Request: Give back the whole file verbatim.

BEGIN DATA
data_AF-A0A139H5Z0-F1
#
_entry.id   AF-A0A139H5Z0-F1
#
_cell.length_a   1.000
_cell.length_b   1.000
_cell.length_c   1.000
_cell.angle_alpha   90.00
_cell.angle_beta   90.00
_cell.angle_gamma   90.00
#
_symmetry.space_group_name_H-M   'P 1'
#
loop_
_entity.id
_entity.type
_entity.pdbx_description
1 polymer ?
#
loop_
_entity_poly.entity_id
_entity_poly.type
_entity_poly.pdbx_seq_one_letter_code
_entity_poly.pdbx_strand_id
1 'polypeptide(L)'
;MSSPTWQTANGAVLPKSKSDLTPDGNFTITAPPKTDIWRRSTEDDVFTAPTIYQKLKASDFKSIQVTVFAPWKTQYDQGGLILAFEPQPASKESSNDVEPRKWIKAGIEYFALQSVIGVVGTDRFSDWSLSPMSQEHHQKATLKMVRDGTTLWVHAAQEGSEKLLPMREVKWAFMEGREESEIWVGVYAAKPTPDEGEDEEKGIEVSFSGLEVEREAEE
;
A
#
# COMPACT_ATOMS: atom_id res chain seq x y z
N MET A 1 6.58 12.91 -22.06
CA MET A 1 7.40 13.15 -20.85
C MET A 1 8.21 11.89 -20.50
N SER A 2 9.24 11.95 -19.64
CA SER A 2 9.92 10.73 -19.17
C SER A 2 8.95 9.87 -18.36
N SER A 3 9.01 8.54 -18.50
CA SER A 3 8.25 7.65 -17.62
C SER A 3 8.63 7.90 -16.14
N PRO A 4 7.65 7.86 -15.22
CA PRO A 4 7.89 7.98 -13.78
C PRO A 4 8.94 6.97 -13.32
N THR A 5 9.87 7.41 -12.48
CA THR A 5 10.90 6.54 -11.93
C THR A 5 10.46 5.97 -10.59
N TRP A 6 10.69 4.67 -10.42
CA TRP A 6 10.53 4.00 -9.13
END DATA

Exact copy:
data_AF-A0A139H5Z0-F1
#
_entry.id   AF-A0A139H5Z0-F1
#
_cell.length_a   1.000
_cell.length_b   1.000
_cell.length_c   1.000
_cell.angle_alpha   90.00
_cell.angle_beta   90.00
_cell.angle_gamma   90.00
#
_symmetry.space_group_name_H-M   'P 1'
#
loop_
_entity.id
_entity.type
_entity.pdbx_description
1 polymer ?
#
loop_
_entity_poly.entity_id
_entity_poly.type
_entity_poly.pdbx_seq_one_letter_code
_entity_poly.pdbx_strand_id
1 'polypeptide(L)'
;MSSPTWQTANGAVLPKSKSDLTPDGNFTITAPPKTDIWRRSTEDDVFTAPTIYQKLKASDFKSIQVTVFAPWKTQYDQGGLILAFEPQPASKESSNDVEPRKWIKAGIEYFALQSVIGVVGTDRFSDWSLSPMSQEHHQKATLKMVRDGTTLWVHAAQEGSEKLLPMREVKWAFMEGREESEIWVGVYAAKPTPDEGEDEEKGIEVSFSGLEVEREAEE
;
A
#
# COMPACT_ATOMS: atom_id res chain seq x y z
N MET A 1 6.58 12.91 -22.06
CA MET A 1 7.40 13.15 -20.85
C MET A 1 8.21 11.89 -20.50
N SER A 2 9.24 11.95 -19.64
CA SER A 2 9.92 10.73 -19.17
C SER A 2 8.95 9.87 -18.36
N SER A 3 9.01 8.54 -18.50
CA SER A 3 8.25 7.65 -17.62
C SER A 3 8.63 7.90 -16.14
N PRO A 4 7.65 7.86 -15.22
CA PRO A 4 7.89 7.98 -13.78
C PRO A 4 8.94 6.97 -13.32
N THR A 5 9.87 7.41 -12.48
CA THR A 5 10.90 6.54 -11.93
C THR A 5 10.46 5.97 -10.59
N TRP A 6 10.69 4.67 -10.42
CA TRP A 6 10.53 4.00 -9.13